Yuan Carry Trade Is Back on Top as China Enforces StabilityBy
Yuan is gaining, volatility is low, interest rates are high
High real yields make Chinese bonds attractive: Invesco’s Hu
The yuan carry trade is back.
The appeal of owning the Chinese currency is growing, after two years of depreciation wagers. Selling the greenback and using the proceeds to buy yuan has delivered Asia’s highest Sharpe ratio -- a measure of returns adjusted for price swings -- over the past three months.
The turnaround has much to do with the People’s Bank of China, which has -- with a combination of policy changes, higher interest rates and a decline in the dollar -- managed to engineer the drastic reversal. The yuan’s increasing draw signals prospects of further appreciation and quicker inflows, leading forecasters including Bank of America Merrill Lynch and Barclays Plc to strengthen their end-2017 predictions for the currency.
“We’re more upbeat about the renminbi,” said Ken Hu, chief investment officer for Asia-Pacific fixed income at Invesco Hong Kong Ltd., referring to the currency by its official name. “We see value in yuan bonds because the yields are high relative to consumer inflation.”
The stars have aligned in favor of the yuan trade: the exchange rate is near the strongest level since October, expected volatility is close to the lowest in almost two years and interest rates are relatively high after a government campaign to spur deleveraging. The gap between the one-year sovereign bond yield and the inflation rate jumped to the highest since February 2015 in May, and has fallen only slightly since.
Betting the yuan will rise against the dollar isn’t the only potentially profitable trade: Gao Qi, a strategist at Scotiabank in Singapore, recommends buying the Chinese currency against South Korea’s won, which he said may lose ground amid rising tensions over North Korea’s missile tests.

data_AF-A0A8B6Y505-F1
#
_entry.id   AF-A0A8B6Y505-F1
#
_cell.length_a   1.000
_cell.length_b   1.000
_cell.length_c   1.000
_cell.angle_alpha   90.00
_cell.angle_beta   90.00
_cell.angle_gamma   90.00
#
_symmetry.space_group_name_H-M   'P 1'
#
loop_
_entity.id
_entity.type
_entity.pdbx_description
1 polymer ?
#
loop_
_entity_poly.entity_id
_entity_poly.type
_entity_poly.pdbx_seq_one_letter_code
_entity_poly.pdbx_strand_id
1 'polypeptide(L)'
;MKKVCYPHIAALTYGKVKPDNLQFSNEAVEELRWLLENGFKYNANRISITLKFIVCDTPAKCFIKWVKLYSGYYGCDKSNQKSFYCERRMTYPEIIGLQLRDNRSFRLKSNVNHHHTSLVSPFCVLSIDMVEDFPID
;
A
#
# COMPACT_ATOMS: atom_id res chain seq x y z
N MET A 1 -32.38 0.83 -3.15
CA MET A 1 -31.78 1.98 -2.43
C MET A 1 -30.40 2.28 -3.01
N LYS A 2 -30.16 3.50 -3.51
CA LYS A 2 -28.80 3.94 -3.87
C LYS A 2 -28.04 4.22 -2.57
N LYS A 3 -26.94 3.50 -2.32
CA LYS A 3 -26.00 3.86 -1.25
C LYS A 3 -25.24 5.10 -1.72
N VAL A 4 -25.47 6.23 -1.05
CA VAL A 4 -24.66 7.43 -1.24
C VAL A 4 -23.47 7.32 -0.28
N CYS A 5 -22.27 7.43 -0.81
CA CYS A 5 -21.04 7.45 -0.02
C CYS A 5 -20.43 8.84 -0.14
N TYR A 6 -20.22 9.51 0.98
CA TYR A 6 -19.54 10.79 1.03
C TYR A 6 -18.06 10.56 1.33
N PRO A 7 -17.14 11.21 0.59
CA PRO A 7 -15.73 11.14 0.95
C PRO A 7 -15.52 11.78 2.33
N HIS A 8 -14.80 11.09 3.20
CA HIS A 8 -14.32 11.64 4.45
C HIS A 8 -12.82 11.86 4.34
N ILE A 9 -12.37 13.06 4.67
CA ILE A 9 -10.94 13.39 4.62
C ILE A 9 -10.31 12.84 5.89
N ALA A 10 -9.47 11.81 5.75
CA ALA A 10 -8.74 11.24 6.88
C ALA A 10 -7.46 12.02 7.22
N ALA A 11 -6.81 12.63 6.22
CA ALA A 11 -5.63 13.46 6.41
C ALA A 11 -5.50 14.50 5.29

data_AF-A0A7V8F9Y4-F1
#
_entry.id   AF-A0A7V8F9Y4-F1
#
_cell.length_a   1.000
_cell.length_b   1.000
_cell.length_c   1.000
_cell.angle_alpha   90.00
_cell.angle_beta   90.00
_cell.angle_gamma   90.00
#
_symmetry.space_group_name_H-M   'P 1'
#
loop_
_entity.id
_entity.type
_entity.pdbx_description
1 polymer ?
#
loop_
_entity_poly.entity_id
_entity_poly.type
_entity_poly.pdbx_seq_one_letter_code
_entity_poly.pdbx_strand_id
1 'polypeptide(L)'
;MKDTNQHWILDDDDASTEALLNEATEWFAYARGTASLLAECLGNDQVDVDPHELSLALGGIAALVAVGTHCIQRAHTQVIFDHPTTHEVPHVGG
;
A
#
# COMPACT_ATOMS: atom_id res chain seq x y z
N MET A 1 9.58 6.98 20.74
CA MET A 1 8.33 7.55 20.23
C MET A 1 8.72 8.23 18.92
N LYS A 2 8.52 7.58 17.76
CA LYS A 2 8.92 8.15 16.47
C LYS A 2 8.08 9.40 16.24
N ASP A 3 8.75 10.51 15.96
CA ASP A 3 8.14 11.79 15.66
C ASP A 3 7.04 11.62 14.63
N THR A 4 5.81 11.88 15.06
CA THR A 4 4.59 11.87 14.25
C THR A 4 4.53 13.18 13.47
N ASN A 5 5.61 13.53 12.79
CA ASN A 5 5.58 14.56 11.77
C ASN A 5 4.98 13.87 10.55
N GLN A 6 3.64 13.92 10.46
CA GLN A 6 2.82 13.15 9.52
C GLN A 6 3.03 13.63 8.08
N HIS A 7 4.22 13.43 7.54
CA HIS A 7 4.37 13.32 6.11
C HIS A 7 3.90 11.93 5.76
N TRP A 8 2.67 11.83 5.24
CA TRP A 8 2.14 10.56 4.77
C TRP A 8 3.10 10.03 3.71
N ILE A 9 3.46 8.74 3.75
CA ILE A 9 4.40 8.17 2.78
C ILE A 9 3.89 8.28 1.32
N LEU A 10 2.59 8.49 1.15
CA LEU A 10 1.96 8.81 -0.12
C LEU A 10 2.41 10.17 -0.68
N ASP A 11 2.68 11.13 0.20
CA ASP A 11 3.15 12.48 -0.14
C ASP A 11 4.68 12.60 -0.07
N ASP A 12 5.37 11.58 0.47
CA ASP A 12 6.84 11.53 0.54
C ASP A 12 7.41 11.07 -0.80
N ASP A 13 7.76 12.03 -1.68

While the dollar looks oversold, the implied yields in offshore yuan forwards still offer a buffer against declines, said Dennis Tan, a strategist at Barclays Plc in Singapore. The Bloomberg Dollar Spot Index fell 2.6 percent in July in its fifth monthly decline in a row, spurring speculation the greenback may be due for a rebound. The onshore yuan was trading at 6.7219 per dollar late Tuesday.
Still, Chinese authorities have gone to great lengths to push back against depreciation pressures, with several officials and state-run media coming out to say that the exchange rate will be stable. While the Politburo -- the Communist Party’s highest decision-making body -- on July 24 called for policy consistency to create a “favorable environment" for the 19th Party Congress later this year, PBOC Assistant Governor Zhang Xiaohui wrote in the China Finance magazine that the nation will balance yuan flexibility with stability.
“Before the Congress, the yuan will remain steady, but there might not be a lot of room to appreciate against the dollar,” said Invesco’s Hu.